The artists of the Tami Islands, a group of small islets off the eastern tip of the Huon Peninsula, were the most prolific carvers in northeast New Guinea. Tami carvers produced large quantities of objects, in part for local use but primarily for trade to neighboring groups. The most important Tami trade goods were intricately carved hardwood bowls, which formed an essential component of the bride-wealth gifts exchanged at marriage ceremonies throughout the region. Superbly crafted and highly polished, Tami bowls served as ceremonial vessels, used for the preparation and distribution of food during feasts and rituals. This bowl likely depicts the face of a spirit, clad in the distinctive three-peaked ceremonial headdress (oa balan) worn by prominent men.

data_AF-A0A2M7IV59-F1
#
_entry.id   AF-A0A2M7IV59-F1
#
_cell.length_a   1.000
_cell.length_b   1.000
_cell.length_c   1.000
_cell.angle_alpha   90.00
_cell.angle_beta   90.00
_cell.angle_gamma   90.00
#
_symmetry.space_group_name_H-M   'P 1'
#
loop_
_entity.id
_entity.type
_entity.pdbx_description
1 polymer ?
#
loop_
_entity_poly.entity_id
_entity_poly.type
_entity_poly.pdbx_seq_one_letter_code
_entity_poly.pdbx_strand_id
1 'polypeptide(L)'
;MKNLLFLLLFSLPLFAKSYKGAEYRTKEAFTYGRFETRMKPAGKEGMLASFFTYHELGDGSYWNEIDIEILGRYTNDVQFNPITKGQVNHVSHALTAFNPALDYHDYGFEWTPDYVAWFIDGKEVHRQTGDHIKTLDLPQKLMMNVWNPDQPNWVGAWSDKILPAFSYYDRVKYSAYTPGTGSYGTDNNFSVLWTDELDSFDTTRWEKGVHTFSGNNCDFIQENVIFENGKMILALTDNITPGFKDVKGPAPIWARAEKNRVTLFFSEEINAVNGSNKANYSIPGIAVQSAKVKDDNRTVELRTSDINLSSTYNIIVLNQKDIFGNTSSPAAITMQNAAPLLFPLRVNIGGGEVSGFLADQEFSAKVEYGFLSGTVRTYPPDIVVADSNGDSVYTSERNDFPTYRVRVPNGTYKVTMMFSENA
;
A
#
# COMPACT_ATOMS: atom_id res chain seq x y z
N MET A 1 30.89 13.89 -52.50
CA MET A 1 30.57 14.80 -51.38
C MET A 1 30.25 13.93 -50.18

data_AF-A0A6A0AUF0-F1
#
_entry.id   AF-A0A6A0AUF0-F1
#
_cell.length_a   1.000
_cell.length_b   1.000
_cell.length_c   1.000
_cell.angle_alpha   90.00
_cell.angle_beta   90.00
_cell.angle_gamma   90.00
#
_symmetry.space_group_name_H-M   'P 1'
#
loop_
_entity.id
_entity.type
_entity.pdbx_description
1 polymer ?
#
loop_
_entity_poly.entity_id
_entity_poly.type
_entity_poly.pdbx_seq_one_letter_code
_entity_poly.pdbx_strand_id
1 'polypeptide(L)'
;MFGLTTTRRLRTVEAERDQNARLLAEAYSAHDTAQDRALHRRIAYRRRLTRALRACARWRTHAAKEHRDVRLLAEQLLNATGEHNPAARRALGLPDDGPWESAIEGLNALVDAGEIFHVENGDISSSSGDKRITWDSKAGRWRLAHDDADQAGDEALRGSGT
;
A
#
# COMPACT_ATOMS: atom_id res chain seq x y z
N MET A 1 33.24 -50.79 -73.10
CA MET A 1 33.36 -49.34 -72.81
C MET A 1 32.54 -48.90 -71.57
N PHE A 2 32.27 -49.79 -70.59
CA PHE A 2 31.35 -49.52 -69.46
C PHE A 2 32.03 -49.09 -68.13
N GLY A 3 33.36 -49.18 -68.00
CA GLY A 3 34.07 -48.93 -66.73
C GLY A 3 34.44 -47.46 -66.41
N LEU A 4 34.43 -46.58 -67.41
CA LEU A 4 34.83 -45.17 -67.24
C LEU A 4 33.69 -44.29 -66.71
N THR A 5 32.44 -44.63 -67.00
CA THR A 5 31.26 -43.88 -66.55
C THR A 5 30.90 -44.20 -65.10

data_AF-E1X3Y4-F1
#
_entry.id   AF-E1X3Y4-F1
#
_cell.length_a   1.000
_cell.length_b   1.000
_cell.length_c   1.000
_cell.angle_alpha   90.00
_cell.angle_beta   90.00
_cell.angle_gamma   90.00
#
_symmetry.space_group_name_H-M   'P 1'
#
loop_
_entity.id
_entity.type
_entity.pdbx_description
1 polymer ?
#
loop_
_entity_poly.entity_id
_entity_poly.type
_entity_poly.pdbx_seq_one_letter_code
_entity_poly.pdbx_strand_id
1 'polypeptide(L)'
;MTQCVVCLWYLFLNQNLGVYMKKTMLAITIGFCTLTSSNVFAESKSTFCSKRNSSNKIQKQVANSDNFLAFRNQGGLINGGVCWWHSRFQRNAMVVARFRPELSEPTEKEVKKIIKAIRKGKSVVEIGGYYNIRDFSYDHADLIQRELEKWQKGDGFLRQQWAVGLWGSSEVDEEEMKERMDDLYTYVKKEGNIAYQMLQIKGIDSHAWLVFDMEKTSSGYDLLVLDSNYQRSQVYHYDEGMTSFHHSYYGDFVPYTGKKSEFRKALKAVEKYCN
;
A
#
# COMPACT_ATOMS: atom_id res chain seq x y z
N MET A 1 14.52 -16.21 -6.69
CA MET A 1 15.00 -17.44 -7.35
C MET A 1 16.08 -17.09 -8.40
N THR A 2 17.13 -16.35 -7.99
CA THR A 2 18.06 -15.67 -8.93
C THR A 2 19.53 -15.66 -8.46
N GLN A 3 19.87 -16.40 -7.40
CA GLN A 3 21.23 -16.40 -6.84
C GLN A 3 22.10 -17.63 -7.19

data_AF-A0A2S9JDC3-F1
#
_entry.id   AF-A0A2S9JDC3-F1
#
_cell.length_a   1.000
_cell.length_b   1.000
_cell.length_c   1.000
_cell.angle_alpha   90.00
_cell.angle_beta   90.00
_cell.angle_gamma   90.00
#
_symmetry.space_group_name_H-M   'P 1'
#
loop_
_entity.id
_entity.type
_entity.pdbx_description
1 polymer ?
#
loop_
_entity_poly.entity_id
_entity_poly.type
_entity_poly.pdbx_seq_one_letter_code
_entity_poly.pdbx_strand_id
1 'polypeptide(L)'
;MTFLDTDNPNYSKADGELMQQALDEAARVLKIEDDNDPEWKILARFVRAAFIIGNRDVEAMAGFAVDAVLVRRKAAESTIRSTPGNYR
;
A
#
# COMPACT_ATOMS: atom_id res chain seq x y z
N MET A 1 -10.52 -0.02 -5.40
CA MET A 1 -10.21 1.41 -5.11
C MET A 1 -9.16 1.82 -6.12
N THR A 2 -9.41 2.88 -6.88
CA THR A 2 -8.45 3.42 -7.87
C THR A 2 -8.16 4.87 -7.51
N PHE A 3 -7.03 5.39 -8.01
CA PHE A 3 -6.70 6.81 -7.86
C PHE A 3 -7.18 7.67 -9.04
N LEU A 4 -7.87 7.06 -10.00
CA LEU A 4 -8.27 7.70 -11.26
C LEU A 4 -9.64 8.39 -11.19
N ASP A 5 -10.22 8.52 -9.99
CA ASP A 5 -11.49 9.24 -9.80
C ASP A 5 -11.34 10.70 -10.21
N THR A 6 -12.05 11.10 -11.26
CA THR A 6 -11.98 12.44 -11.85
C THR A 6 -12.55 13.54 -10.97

W. R. Marshall, MD, Massapequa, NY, until 1967; Nelson A. Rockefeller, New York, 1967, on loan to The Museum of Primitive Art, New York, 1967–1978
Art From Melanesia. Purchase: Manhattanville College, New York, 1969, no. 79.
The Metropolitan Museum of Art. Art of Oceania, Africa, and the Americas from the Museum of Primitive Art. New York: The Metropolitan Museum of Art, 1969.
The American Federation of Arts. Primitive Art Masterworks: an exhibition jointly organized by the Museum of Primitive Art and the American Federation of Arts, New York. New York: The American Federation of Arts, 1974, no. 121.
Kjellgren, Eric. Oceania: Art of the Pacific Islands in the Metropolitan Museum of Art. New York and New Haven: The Metropolitan Museum of Art, 2007, 70, 115-6.